01 July 2010

quick hits

Google's street level view zoom is marginally creepy.

Penalties are not enough

Seems kind of strange. Massachusetts does have a built-in restriction that you cannot purchase health insurance and use it immediately (unless the illness wasn't pre-existing), but even so, the fact that there are people gaming the insurance mandates and importantly the guaranteed issue question is not surprising. I still plan to do that when the mandate comes up into play (it is far easier to do so under the federal mandate than Massachusetts'). The fine will be cheaper than the mandated level of "insurance" (which I think of as pre-paid health care coverage rather than insurance).

"I have been advised by my physician that I must undergo a course of chemotherapy on my esophagus. This advice seems persuasive to me." - uh yea, a bit of an understatement there Hitch.

Well this is a good start. Closing a room to get paid to do nothing, and at least force people to work for their salaries. I'd rather be able to straight fire people for incompetence or abuses of authority, but you take what you can get from government reforms sometimes.

Meanwhile, the UK continues its march toward freedom. Thank you Nick Clegg. I've always wanted to start spelling programme the way it's meant to be as it is.

Oh yea, what was the name of that place anyway? No comment can be made really on this one. We're too busy watching oil spills in slow motion to watch a country unravel in slow motion.

In which I digress into discussing monetary policy as economic stimulus
The parallels between now and 1937-8 do seem to be mounting. I'm not liking that one bit.

Conform! No, we're all individuals! I suppose this is true to an extent. I do care what some people think of me. I'm ambiguous about who they are usually of course, but that's a different issue. They do not tend to be within a consensus mainstream about appropriate behavior. Or more precisely, appropriate opinions about appropriate behavior. That is: they put up with my wacky ideas by contemplating them themselves. Normal people, whose interest I have is much diminished, tend not to. Even if they apparently seek approval or interest from me, I do not give it.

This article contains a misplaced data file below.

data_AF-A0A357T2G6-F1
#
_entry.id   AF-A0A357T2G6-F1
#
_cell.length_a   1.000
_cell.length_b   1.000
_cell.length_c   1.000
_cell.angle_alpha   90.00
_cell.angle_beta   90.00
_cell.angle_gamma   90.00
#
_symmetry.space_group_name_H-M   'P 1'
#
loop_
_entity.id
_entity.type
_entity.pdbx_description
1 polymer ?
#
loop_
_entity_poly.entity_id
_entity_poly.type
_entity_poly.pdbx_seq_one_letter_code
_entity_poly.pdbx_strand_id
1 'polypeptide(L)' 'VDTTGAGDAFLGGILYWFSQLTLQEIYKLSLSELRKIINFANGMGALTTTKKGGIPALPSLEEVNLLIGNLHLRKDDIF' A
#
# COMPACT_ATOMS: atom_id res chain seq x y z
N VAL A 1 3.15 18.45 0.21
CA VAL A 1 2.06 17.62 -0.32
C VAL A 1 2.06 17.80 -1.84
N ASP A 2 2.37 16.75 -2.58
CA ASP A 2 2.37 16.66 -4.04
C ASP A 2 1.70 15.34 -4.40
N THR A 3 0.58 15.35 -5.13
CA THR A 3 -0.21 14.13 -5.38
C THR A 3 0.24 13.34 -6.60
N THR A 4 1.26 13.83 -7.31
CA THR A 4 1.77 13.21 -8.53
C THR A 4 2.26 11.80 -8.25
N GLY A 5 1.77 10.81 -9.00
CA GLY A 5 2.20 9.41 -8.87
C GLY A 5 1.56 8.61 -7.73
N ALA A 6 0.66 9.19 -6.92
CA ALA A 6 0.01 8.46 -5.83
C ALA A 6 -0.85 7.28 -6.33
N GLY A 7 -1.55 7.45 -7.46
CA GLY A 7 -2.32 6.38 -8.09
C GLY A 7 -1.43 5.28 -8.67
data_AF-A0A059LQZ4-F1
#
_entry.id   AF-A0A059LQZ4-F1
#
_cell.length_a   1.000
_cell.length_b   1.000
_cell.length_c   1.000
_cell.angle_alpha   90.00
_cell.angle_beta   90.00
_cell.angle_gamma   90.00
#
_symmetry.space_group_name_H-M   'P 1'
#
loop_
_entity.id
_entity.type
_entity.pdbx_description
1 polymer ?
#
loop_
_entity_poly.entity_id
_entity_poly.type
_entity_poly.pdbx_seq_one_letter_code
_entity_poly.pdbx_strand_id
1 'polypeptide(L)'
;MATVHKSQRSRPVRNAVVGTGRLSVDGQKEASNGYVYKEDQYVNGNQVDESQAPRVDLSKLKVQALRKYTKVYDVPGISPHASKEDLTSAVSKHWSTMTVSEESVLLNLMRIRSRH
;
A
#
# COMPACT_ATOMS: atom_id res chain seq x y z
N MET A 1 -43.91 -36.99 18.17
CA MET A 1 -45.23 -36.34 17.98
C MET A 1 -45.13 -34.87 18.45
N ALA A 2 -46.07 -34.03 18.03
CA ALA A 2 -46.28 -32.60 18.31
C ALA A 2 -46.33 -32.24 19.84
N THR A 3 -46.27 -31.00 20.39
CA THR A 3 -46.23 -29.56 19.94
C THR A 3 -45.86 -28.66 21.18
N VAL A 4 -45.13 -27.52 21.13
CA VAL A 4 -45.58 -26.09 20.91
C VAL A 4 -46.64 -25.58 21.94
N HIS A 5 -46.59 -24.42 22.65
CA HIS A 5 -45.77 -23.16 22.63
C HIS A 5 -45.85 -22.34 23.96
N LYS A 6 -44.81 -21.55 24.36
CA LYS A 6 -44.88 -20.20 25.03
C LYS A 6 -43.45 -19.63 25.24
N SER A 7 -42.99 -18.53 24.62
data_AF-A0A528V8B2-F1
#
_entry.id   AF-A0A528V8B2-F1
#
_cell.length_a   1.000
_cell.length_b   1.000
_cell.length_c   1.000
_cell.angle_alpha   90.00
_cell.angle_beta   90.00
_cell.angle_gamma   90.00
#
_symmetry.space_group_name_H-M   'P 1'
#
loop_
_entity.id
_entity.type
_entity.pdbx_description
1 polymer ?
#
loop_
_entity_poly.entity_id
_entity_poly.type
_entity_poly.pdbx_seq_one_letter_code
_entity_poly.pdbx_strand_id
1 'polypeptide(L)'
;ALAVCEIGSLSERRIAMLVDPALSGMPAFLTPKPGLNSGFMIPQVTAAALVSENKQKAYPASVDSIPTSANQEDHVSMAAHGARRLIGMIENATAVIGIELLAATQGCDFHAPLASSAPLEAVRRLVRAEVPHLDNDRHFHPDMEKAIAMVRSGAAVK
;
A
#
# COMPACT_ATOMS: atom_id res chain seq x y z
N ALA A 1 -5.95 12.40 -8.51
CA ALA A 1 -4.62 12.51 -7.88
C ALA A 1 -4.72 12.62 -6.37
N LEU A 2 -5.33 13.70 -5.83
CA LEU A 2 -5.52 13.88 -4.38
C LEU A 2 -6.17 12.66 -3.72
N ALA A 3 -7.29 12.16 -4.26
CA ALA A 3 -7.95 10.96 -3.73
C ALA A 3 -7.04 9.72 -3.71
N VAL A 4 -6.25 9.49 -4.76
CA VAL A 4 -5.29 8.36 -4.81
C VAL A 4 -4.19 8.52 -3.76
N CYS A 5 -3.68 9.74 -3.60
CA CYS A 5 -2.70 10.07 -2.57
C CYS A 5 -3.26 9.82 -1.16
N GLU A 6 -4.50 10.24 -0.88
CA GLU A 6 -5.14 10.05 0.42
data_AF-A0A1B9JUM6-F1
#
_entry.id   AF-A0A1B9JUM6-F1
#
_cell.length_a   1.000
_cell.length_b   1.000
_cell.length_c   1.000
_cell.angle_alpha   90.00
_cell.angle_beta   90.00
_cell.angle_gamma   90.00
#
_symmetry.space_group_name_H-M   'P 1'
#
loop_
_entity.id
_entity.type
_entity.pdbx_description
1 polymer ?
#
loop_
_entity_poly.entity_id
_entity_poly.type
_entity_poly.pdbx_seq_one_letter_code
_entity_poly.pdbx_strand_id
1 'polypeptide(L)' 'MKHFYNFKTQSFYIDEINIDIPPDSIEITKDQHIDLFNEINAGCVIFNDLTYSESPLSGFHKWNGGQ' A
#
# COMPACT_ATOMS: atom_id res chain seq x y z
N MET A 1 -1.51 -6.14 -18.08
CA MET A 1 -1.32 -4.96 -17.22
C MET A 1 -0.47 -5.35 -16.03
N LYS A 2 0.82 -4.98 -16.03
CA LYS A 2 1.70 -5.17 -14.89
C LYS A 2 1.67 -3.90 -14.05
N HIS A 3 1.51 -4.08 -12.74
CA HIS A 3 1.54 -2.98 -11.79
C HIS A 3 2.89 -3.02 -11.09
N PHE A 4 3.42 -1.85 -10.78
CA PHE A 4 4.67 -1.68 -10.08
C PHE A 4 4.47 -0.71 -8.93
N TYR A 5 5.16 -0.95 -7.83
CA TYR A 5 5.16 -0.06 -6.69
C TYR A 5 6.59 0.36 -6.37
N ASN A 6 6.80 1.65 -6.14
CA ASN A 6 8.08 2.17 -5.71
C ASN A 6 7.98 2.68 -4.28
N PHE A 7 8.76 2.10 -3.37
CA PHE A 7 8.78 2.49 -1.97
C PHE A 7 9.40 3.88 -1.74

More on the ability of institutions to sponsor conformity. I suspect indeed that one measure of appropriate behavior is partly what we do in private should be, as much as possible, measured against what we might do in public (although naturally there are some distinctions, like clothing, sexual habits, etc). In general our private opinions on things can be aired and expressed publicly, and that this process helps us to form new ones if they are found lacking or shameful. The downside risk of having a world where opinions can be disseminated in this way to hungry consumers of them seems to be that we have instead formed a community whereby private opinions are punished and that only approved and sanitized opinions are permitted in public. This leads to a lot of hypocrisy. Maybe that's what we want to hear instead of that people have, thoughts, as it were. And indeed, it may still be true that having unpleasant opinions toward a movement or persons in it might make it difficult to cover as a journalist within one's professional ethics. But it does seem silly that a person WOULD NOT have any private views or biases that desire expression, even in jest, in frustration, or as a matter of differing principles upon which they operate from others. Particularly given the wide dispersion of people who hold radical political views and the difficulty of covering them and their ideas (and their absurdities) fairly, even if only those on a right-wing sector of the country.
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